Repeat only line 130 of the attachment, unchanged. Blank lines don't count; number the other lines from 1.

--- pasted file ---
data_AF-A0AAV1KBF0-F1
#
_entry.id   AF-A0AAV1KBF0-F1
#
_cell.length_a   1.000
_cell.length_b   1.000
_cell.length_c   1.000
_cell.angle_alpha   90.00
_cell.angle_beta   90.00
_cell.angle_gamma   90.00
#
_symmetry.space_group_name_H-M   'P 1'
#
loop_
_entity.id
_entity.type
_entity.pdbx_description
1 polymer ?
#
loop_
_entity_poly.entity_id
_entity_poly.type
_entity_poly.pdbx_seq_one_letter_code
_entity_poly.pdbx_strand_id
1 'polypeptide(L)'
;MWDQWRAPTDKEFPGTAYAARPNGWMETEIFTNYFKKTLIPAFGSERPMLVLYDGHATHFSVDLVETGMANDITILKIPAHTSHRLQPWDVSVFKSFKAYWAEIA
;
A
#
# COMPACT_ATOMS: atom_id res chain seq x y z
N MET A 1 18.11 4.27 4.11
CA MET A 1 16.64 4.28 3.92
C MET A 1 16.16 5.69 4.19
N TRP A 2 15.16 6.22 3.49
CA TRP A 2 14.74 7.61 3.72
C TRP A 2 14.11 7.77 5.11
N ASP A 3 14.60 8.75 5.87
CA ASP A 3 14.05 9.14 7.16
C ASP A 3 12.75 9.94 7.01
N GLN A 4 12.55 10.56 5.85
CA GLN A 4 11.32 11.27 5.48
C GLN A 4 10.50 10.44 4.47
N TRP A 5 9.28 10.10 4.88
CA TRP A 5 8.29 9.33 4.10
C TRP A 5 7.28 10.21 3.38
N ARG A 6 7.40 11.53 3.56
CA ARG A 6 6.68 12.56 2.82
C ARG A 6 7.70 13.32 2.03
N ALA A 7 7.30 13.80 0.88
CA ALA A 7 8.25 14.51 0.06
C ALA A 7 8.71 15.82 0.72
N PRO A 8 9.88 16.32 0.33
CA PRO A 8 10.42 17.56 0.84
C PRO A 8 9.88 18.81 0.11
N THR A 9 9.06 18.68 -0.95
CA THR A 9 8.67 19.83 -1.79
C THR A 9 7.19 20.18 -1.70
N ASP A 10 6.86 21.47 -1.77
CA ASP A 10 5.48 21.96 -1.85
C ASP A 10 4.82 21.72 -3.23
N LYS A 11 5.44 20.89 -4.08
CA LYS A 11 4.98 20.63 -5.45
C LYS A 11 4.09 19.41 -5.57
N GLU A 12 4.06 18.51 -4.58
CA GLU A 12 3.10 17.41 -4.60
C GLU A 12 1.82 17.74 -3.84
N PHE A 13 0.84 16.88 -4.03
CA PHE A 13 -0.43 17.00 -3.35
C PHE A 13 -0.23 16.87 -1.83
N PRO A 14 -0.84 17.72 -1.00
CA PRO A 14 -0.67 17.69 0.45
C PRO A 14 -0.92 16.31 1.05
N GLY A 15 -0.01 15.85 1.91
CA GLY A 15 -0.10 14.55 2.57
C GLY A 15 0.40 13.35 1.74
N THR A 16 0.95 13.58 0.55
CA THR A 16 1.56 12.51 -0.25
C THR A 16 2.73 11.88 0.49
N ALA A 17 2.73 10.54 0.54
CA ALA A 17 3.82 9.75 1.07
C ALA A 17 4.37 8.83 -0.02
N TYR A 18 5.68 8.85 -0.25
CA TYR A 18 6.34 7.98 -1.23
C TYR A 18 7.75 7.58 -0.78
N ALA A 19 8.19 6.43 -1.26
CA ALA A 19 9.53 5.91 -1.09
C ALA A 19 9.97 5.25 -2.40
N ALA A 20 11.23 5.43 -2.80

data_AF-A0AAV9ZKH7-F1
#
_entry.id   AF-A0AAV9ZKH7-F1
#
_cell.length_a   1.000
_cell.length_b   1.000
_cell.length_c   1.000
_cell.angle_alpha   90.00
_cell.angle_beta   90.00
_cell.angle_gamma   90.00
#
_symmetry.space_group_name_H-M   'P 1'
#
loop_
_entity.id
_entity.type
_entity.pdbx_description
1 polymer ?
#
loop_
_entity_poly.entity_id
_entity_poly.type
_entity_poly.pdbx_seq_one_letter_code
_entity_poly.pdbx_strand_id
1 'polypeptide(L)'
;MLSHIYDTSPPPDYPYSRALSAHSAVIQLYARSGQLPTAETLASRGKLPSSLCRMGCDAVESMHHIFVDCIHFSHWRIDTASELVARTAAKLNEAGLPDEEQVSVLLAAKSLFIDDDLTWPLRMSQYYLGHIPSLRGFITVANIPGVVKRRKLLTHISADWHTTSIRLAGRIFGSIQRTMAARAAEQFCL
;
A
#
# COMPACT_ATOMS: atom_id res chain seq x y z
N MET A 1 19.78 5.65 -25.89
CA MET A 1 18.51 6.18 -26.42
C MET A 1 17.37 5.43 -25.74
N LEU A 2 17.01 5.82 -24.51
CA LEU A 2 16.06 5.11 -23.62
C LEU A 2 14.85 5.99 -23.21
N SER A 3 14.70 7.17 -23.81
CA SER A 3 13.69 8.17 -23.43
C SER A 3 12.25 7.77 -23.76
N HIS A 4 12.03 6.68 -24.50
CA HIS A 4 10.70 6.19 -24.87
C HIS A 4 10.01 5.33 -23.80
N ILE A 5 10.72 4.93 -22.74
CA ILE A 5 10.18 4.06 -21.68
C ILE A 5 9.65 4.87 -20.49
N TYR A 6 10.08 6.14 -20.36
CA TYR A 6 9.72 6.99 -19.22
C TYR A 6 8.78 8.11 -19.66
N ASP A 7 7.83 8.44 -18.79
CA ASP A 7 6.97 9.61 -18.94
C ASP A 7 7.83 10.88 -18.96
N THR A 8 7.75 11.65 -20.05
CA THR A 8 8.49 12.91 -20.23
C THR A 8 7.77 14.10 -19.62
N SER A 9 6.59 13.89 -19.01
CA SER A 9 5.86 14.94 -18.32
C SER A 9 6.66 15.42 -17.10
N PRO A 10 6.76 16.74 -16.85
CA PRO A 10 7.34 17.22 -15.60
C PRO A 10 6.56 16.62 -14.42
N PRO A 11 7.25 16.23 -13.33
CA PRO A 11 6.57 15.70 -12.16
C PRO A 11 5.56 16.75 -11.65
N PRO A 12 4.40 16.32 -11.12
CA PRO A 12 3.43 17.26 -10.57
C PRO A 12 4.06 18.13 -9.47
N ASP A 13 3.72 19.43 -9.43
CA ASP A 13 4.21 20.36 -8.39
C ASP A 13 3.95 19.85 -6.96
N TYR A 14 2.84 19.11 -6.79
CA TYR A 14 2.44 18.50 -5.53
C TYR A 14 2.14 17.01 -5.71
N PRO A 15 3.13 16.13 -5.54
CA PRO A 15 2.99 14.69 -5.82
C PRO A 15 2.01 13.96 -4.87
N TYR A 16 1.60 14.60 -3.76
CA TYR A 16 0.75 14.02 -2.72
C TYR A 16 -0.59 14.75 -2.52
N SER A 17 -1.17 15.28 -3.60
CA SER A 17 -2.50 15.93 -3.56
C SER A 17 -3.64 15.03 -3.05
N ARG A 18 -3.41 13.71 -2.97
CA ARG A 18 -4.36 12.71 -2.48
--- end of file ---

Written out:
C HIS A 4 10.01 5.33 -23.80